We cannot accept this contention. It is not the purpose of the claims statutes to prevent surprise. Rather, the purpose of these statutes is to provide the public entity sufficient information to enable it to adequately investigate claims and to settle them, if appropriate, without the expense of litigation. (Eastlick v. City of Los Angeles (1947) 29 Cal.2d 661, 667 [177 P.2d 558, 170 A.L.R. 225]; Jackson v. Board of Education (1967) 250 Cal.App.2d 856, 859 [58 Cal.Rptr. 763].) It is well-settled that claims statutes must be satisfied even in face of the public entity's actual knowledge of the circumstances surrounding the claim. Such knowledge -- standing alone -- constitutes neither substantial compliance nor basis for estoppel. (Hall v. City of Los Angeles (1941) 19 Cal.2d 198, 203 [120 P.2d 13]; Powers Farms v. Consolidated Irr. Dist., supra, 19 Cal.2d 123, 130; Johnson v. City of Oakland, supra, 188 Cal.App.2d 181, 184; Allen v. L. A. City Board of Education (1959) 173 Cal.App.2d 126, 129 [343 P.2d 170]; Ghiozzi v. City of South San Francisco (1946) 72 Cal.App.2d 472, 476 [164 P.2d 902]; Eppstein v. City of Berkeley (1942) 52 Cal.App.2d 395, 397 [126 P.2d 365].)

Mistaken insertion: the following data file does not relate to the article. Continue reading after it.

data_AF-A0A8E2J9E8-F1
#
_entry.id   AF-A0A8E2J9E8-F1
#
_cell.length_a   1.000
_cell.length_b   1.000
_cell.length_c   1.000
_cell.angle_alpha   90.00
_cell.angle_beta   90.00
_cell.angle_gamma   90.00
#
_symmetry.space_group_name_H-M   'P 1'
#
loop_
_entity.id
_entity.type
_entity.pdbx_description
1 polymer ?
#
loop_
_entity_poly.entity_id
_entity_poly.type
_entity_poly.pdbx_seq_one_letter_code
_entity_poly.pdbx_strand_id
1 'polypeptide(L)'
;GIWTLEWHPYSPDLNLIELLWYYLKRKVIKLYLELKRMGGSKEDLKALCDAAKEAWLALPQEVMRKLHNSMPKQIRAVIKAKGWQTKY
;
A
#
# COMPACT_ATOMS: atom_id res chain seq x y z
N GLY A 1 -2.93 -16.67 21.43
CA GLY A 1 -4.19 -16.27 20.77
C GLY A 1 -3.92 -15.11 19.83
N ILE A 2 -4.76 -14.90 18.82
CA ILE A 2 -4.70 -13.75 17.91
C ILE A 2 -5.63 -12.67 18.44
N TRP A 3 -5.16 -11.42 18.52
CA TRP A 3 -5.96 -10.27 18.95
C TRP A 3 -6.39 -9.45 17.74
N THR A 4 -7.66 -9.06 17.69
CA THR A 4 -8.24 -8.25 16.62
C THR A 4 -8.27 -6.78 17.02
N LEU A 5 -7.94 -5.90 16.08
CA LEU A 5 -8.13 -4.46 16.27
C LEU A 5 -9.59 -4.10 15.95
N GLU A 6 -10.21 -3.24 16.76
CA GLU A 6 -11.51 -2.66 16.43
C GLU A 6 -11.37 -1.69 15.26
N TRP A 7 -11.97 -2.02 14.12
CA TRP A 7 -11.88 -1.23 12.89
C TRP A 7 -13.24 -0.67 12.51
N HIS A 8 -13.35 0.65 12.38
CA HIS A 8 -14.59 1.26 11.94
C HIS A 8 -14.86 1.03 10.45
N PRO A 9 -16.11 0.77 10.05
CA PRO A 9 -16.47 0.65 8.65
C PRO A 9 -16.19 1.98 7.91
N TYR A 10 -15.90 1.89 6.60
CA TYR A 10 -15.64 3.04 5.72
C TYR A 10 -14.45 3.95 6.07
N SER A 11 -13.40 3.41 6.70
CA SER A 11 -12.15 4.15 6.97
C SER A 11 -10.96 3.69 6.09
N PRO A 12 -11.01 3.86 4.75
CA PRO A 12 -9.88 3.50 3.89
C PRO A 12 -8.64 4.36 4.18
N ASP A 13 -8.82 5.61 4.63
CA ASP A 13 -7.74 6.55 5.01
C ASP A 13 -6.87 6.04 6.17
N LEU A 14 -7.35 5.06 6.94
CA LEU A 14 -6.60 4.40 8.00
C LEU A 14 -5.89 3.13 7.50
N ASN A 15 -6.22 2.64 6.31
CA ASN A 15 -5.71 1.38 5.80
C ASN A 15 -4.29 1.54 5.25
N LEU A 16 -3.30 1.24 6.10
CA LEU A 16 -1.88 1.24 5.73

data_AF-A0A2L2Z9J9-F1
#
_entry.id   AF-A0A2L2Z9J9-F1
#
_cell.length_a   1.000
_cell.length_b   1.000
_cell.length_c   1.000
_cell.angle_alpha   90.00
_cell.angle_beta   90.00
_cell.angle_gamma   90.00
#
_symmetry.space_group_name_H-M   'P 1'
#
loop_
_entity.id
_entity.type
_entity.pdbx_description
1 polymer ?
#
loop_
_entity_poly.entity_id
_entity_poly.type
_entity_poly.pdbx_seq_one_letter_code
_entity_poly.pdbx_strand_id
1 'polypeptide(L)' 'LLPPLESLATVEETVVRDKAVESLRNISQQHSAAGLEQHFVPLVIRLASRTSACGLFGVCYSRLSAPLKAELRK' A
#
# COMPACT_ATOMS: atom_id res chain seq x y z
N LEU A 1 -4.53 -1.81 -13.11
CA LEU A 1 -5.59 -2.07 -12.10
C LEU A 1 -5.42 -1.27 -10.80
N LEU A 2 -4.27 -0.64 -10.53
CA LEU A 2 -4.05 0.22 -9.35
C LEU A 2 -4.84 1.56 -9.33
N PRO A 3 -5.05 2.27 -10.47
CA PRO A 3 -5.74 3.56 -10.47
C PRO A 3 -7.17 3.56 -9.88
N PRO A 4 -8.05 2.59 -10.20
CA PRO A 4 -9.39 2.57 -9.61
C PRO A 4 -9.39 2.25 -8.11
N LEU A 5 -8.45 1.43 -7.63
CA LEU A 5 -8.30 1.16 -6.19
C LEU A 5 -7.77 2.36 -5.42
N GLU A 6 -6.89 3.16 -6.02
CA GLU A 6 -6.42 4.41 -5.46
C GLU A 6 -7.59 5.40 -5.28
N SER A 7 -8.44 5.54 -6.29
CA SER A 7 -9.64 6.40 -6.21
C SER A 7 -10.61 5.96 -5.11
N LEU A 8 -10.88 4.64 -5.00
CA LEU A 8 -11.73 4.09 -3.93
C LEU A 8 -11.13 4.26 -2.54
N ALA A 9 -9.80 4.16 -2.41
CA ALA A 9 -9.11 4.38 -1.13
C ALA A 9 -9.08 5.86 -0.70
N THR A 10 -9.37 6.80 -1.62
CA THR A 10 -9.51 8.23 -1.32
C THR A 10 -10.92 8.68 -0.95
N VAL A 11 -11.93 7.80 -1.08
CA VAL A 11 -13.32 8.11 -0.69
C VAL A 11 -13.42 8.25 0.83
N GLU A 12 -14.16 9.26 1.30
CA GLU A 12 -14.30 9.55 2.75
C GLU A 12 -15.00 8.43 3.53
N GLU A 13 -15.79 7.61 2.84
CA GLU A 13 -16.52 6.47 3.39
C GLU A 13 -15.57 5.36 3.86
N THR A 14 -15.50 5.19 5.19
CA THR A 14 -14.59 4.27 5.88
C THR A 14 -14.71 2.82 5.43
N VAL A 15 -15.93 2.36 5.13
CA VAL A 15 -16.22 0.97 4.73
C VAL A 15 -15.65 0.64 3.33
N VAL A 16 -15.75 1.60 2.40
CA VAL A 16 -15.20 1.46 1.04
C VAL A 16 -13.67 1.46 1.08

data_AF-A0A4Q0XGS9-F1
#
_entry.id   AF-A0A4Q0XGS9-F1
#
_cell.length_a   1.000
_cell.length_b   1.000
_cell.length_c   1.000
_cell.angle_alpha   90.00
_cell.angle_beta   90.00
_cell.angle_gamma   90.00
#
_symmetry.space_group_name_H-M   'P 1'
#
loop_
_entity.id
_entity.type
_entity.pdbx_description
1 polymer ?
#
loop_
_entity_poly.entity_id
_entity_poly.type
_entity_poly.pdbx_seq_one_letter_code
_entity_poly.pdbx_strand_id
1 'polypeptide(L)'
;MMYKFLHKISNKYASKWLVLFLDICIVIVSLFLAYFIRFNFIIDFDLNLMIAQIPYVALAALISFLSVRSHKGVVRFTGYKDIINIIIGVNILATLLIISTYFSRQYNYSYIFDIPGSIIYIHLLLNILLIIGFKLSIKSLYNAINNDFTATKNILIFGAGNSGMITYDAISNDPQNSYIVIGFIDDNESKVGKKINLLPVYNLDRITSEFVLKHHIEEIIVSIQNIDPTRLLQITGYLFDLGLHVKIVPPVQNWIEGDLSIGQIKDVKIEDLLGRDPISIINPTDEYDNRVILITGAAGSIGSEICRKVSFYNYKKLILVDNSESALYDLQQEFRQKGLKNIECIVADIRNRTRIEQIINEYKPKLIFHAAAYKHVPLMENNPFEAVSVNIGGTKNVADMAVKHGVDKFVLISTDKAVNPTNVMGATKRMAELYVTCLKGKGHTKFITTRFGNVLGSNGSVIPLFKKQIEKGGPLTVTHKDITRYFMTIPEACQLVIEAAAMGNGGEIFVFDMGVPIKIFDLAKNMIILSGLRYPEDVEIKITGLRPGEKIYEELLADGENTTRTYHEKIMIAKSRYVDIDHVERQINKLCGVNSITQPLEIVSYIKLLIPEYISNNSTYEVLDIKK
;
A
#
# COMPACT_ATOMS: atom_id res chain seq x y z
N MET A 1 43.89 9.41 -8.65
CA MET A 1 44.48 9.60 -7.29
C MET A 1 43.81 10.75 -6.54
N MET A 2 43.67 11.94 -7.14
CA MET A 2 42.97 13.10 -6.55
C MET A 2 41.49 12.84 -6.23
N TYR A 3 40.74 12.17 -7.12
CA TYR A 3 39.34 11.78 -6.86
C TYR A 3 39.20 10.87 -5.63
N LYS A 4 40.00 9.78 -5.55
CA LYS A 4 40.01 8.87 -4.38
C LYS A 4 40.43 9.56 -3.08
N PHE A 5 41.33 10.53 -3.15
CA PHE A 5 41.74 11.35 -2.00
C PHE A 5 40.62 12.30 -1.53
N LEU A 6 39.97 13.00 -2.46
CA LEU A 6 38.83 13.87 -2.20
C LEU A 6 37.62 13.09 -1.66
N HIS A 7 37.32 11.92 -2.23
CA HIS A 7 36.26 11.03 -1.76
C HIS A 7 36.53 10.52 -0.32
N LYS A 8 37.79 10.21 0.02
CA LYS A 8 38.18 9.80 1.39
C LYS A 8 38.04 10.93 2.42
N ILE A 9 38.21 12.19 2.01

Thus, having rejected the trial court's rationale for finding the claim sufficient, we turn to defendant's contention that it is impossible for a class claim to satisfy the claims statutes and, therefore, the statutes prohibit the maintenance of such actions against governmental entities.
The applicable claims statute (Gov. Code, § 910) provides in part: "A claim shall be presented by the claimant or by a person acting on his behalf and shall show: [¶] (a) The name and post office address of the claimant; [¶] (b) The post office address to which the person presenting the claim desires notices to be sent; [¶] (c) The date, place and other circumstances of the occurrence or transaction which gave rise to the claim asserted; ... and [¶] (f) The amount claimed as of the date of presentation of the claim, including the estimated amount of any prospective injury, damage, or loss, insofar as it may be known at the time of the presentation of the claim, together with the basis of computation of the amount claimed."
In determining the quantity of information required in a class claim to satisfy the provisions of the above section, we note the cases gauging sufficiency of claims must be divided into two groups.